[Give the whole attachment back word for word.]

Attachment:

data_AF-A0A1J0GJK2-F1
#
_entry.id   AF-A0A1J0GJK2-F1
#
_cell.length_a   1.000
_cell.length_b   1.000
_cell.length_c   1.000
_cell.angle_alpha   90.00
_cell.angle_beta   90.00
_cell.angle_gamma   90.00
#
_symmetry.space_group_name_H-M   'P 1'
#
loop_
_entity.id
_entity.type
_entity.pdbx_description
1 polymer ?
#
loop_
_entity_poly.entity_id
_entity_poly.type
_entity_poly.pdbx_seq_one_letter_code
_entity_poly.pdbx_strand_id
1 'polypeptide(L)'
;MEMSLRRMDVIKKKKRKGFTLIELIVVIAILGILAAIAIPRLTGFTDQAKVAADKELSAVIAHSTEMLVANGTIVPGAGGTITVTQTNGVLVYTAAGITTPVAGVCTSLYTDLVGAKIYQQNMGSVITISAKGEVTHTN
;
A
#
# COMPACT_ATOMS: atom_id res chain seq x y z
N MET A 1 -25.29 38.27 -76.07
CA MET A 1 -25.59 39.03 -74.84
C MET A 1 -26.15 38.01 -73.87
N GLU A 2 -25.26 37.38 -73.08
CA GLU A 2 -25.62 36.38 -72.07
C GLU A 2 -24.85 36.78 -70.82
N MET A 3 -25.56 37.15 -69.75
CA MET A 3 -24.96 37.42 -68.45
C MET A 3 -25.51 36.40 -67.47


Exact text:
data_AF-A0A1J0GJK2-F1
#
_entry.id   AF-A0A1J0GJK2-F1
#
_cell.length_a   1.000
_cell.length_b   1.000
_cell.length_c   1.000
_cell.angle_alpha   90.00
_cell.angle_beta   90.00
_cell.angle_gamma   90.00
#
_symmetry.space_group_name_H-M   'P 1'
#
loop_
_entity.id
_entity.type
_entity.pdbx_description
1 polymer ?
#
loop_
_entity_poly.entity_id
_entity_poly.type
_entity_poly.pdbx_seq_one_letter_code
_entity_poly.pdbx_strand_id
1 'polypeptide(L)'
;MEMSLRRMDVIKKKKRKGFTLIELIVVIAILGILAAIAIPRLTGFTDQAKVAADKELSAVIAHSTEMLVANGTIVPGAGGTITVTQTNGVLVYTAAGITTPVAGVCTSLYTDLVGAKIYQQNMGSVITISAKGEVTHTN
;
A
#
# COMPACT_ATOMS: atom_id res chain seq x y z
N MET A 1 -25.29 38.27 -76.07
CA MET A 1 -25.59 39.03 -74.84
C MET A 1 -26.15 38.01 -73.87
N GLU A 2 -25.26 37.38 -73.08
CA GLU A 2 -25.62 36.38 -72.07
C GLU A 2 -24.85 36.78 -70.82
N MET A 3 -25.56 37.15 -69.75
CA MET A 3 -24.96 37.42 -68.45
C MET A 3 -25.51 36.40 -67.47